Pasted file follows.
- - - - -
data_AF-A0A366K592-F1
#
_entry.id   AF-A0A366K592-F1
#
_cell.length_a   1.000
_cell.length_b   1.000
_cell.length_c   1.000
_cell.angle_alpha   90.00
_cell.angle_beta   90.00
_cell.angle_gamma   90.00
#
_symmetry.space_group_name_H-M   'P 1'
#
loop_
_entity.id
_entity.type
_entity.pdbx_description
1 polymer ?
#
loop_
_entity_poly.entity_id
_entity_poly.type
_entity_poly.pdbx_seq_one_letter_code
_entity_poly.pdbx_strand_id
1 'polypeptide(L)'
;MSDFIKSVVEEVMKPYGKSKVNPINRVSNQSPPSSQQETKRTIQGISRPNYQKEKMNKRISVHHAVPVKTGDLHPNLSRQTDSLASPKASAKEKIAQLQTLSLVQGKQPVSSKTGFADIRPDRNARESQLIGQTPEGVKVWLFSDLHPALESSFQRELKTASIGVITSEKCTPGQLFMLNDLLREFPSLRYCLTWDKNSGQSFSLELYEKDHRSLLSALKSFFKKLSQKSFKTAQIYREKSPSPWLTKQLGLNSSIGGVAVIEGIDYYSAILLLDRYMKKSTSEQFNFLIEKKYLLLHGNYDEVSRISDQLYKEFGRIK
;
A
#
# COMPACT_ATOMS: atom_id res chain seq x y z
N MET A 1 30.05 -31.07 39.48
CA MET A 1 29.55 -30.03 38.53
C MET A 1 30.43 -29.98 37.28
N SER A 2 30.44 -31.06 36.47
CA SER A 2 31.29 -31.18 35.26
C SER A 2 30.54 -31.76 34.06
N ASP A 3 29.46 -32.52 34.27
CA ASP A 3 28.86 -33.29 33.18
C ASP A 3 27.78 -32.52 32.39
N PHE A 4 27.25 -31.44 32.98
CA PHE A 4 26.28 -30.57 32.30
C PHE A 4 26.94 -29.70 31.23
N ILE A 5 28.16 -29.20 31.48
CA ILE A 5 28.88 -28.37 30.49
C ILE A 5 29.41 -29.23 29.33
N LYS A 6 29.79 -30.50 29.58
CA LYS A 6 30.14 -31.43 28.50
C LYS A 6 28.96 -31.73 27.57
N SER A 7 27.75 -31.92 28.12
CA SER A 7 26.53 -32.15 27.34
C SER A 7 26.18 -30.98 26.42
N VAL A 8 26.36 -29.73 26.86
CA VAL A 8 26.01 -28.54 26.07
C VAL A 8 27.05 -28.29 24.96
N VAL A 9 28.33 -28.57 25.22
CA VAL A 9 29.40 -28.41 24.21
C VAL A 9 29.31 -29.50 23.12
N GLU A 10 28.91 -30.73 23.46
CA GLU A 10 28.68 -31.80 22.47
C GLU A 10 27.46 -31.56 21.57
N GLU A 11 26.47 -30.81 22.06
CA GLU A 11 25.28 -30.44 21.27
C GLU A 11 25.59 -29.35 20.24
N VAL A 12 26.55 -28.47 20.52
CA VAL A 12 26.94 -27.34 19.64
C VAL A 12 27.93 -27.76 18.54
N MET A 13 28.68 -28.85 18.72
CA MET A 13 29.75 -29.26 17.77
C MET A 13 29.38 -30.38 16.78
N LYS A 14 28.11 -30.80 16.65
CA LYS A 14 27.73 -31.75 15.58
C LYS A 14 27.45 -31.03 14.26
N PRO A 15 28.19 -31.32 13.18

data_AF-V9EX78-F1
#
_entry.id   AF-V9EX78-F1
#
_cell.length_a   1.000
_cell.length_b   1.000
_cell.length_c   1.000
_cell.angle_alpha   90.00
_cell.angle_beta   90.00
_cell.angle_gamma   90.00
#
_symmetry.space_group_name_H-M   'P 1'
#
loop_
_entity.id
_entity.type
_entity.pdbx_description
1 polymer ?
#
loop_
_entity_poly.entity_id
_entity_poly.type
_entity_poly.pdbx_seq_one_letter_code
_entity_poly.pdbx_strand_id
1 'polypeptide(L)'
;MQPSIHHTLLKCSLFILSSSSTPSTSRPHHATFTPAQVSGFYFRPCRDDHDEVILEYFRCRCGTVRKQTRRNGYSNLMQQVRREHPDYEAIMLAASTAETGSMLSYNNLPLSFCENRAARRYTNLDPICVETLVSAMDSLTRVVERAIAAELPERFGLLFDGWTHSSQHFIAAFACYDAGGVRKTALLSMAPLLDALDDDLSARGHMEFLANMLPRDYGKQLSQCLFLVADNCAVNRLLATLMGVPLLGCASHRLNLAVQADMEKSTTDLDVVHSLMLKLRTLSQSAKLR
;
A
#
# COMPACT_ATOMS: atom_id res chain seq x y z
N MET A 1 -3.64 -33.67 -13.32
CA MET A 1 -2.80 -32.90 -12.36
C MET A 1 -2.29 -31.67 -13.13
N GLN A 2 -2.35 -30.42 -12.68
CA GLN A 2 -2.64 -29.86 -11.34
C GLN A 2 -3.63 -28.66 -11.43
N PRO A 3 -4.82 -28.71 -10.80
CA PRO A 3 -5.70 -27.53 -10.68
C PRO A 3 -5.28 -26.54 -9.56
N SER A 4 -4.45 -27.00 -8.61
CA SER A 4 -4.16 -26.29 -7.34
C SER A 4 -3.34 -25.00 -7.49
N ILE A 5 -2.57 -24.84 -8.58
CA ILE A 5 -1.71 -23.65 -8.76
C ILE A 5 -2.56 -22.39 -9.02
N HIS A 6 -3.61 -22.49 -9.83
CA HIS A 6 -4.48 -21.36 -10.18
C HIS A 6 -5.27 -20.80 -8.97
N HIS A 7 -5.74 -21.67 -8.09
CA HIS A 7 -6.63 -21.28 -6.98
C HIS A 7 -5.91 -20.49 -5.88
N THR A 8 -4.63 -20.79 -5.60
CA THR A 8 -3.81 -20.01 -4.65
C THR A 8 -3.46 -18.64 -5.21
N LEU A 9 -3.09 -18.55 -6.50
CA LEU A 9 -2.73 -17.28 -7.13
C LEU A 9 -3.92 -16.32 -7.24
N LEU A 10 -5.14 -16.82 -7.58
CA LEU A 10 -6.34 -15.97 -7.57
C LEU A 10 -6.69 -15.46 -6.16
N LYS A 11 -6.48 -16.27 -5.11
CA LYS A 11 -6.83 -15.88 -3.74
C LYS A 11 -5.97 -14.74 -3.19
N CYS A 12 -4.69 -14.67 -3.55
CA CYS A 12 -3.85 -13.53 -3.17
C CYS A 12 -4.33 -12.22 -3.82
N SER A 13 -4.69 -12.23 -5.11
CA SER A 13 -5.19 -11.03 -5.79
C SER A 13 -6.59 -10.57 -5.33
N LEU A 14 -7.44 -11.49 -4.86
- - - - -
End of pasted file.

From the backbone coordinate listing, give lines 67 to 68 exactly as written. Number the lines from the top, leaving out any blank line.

N MET A 13 28.68 -28.85 18.72
CA MET A 13 29.75 -29.26 17.77